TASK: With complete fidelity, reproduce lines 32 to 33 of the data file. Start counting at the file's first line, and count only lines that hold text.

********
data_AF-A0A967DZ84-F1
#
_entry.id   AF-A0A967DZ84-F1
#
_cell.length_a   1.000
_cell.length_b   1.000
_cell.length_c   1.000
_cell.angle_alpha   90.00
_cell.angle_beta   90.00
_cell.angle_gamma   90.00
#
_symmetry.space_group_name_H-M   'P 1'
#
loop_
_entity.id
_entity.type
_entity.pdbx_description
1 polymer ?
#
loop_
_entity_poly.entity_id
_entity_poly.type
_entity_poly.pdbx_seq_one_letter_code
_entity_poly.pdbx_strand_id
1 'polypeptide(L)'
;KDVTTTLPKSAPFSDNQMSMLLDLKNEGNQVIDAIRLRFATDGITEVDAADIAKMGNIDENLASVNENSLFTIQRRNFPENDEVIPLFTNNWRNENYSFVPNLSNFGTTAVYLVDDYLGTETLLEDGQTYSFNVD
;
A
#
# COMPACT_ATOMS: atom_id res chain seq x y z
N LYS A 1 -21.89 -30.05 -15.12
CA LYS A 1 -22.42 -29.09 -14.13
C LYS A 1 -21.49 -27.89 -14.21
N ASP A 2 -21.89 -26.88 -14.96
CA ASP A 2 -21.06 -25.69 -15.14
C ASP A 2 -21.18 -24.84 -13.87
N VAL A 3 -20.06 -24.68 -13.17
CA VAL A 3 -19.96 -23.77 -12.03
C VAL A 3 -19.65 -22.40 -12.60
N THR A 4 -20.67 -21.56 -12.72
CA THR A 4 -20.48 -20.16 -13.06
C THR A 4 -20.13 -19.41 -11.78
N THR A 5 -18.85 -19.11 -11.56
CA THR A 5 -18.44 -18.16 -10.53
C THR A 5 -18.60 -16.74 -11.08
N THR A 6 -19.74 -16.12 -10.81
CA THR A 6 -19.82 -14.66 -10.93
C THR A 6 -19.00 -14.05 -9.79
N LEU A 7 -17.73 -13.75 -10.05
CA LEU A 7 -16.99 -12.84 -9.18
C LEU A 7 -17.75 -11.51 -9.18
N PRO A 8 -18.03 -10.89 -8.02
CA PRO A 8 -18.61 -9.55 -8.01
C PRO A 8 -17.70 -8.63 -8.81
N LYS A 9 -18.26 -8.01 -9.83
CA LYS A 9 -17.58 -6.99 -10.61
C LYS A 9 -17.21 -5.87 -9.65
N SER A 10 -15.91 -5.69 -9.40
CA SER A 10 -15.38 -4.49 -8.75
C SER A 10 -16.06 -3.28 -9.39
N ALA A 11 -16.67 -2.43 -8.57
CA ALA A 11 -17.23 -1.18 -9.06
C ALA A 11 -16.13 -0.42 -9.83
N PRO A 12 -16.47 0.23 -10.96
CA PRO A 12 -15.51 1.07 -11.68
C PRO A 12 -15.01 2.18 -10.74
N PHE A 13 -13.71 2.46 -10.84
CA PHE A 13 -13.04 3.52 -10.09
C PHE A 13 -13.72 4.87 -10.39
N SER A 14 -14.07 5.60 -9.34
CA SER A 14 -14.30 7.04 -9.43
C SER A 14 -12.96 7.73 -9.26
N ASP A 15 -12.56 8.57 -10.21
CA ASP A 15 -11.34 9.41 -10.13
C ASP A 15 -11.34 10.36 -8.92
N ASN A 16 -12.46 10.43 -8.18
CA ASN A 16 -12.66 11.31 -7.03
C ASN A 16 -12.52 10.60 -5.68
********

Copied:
CA LYS A 1 -22.42 -29.09 -14.13
C LYS A 1 -21.49 -27.89 -14.21